Most shocking of all is new evidence that the need to switch on and off base load fossil fuel power plants, to provide back up for unreliable wind turbines, actually gives off more carbon emissions than keeping them running continuously, thus negating any carbon savings from wind. Alas, only when our governments have allowed thousands more turbines to disfigure Britain’s countryside, not least by their grotesque bending of the planning rules, will the futility of the ‘great Wind Scam’ finally be recognised.
One of the knocks against "green" energy is that its generating capacity tends to be too intermittent. When the wind doesn't blow, it pulls the plug on windpower. And solar panels won't collect energy once the sun goes down. But a green energy source that is predictable is tidal power. Charts accurately reveal when tides ebb and flow.
Some people perversely claim to like the appearance of the turbines. That reflects the rise of a kind of anti-aesthetic, fostered by the urbanisation of society, brutalist architecture and the excesses of modern art. Anyone who prefers Lewis, or Perthshire, or the Borders covered with turbines has lost that spiritual connection with his native landscape that is the heritage of the true Scot. This vandalism must be halted or the consequences will be total degradation of our countryside. Look thy last on all things beautiful...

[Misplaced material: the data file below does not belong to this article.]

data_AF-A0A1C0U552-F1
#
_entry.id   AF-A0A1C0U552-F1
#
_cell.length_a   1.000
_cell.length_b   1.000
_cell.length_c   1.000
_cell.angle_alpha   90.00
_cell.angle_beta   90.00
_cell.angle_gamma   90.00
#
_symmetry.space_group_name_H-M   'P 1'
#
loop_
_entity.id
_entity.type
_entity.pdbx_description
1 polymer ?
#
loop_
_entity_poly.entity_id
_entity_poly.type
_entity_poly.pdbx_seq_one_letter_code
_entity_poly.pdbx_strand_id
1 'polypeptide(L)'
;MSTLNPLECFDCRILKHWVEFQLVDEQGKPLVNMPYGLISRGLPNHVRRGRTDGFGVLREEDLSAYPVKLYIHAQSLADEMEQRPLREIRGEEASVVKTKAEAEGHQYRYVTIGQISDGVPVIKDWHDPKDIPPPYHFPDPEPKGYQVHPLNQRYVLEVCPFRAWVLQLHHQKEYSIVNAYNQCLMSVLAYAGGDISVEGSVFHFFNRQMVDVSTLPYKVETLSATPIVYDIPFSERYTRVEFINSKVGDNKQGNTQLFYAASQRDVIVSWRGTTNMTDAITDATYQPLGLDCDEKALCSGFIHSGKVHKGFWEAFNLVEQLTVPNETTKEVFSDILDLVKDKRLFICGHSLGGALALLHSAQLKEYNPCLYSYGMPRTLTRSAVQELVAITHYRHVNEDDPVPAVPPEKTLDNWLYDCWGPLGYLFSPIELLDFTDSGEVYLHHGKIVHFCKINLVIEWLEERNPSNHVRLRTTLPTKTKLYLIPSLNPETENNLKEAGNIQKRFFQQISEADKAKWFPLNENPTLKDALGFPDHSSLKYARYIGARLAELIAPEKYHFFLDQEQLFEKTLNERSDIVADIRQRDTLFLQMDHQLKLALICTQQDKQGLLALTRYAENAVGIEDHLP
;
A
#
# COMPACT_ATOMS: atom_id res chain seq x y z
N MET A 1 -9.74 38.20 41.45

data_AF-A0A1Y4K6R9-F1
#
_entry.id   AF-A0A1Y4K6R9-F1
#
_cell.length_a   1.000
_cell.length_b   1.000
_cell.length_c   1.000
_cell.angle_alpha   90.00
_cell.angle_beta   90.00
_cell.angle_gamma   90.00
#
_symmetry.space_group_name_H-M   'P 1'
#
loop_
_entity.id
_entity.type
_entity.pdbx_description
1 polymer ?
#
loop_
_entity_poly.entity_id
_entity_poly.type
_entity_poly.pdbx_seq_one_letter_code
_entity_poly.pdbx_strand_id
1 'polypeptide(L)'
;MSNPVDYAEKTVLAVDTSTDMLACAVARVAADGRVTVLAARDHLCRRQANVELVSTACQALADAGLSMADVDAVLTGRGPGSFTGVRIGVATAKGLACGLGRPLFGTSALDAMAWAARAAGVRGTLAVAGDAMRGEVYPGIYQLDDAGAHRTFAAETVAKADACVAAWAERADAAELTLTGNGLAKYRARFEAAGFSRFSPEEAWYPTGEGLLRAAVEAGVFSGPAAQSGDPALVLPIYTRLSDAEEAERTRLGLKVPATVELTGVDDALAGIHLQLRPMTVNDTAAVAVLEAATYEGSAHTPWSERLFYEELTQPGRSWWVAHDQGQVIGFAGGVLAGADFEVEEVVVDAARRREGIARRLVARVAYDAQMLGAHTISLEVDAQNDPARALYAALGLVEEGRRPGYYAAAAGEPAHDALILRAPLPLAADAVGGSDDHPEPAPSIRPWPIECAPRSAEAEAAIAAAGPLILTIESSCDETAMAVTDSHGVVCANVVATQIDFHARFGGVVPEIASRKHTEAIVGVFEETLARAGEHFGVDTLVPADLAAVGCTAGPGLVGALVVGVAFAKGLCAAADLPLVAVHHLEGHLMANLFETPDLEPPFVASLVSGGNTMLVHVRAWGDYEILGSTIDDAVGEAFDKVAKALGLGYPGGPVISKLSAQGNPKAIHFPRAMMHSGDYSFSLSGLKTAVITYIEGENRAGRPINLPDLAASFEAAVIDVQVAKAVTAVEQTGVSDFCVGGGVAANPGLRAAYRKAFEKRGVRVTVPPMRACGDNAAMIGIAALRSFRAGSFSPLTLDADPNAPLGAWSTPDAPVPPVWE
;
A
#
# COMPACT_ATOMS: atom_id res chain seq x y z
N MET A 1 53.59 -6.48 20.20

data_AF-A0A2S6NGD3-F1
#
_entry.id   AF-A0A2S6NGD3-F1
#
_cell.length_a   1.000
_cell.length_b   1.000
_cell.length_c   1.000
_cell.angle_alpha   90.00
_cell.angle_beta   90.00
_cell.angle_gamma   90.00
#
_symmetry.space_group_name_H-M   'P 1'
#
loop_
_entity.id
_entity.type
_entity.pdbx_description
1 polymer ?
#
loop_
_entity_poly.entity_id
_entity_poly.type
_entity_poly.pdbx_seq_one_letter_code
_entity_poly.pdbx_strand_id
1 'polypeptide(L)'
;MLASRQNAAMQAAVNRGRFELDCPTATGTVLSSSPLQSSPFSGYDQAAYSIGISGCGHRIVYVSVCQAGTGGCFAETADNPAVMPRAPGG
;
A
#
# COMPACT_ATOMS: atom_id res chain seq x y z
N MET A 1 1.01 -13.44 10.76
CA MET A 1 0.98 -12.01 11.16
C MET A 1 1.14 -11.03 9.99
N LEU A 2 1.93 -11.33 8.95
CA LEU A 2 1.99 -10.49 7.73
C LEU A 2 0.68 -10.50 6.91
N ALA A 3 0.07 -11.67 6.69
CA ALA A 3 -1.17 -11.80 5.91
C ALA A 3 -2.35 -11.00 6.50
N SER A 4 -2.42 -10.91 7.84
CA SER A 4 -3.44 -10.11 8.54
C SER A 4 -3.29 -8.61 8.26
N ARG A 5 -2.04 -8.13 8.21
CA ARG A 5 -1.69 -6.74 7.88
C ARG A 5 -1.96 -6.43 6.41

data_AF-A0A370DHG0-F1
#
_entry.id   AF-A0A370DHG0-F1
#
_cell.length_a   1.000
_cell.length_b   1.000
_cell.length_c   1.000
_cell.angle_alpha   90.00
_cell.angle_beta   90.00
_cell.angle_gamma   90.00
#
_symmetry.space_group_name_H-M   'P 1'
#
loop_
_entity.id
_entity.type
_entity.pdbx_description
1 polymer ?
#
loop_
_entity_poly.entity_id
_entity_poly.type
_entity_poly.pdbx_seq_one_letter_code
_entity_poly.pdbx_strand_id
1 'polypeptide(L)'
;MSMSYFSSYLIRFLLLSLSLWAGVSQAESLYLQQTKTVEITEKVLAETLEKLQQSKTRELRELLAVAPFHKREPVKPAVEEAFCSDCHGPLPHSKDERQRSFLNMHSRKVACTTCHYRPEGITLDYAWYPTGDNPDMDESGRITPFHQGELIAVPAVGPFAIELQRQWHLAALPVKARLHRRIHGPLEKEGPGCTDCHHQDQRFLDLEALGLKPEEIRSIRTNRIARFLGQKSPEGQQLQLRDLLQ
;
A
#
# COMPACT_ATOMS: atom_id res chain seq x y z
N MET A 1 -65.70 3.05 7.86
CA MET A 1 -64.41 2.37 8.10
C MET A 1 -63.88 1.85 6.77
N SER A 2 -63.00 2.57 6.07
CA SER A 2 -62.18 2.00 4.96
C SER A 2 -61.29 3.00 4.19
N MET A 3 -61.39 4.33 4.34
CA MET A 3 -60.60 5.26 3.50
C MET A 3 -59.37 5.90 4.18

British households may be given state-subsidised individual carbon audits on their homes to encourage them to cut their own contribution to global warming, Tony Blair will say today.
In a major escalation of the battle against wind farms, the John Muir Trust is to launch its biggest ever campaign. The trust says "industrial scale" wind farms are a "major threat" to unspoiled areas of the Scottish countryside.
What is to be done? With wind power, above all, we have entered the realm of the illogical: the environmental solution has become the environmental problem.
Onshore wind generation is the cheapest renewable, but with back up, it costs two and a half times as much as gas or nuclear.
WIND-FARM developers are mainly avoiding sites that would have a significant impact on fragile landscapes and wildlife, according to a report by Scottish Natural Heritage (SNH). But the environmental agency yesterday warned that the aim of avoiding potential conflicts between renewable-energy developments and heritage-sensitive sites will become more difficult to achieve in the drive to reach the Scottish Executive's target of producing 40 per cent of the country's energy needs from renewable sources by 2020.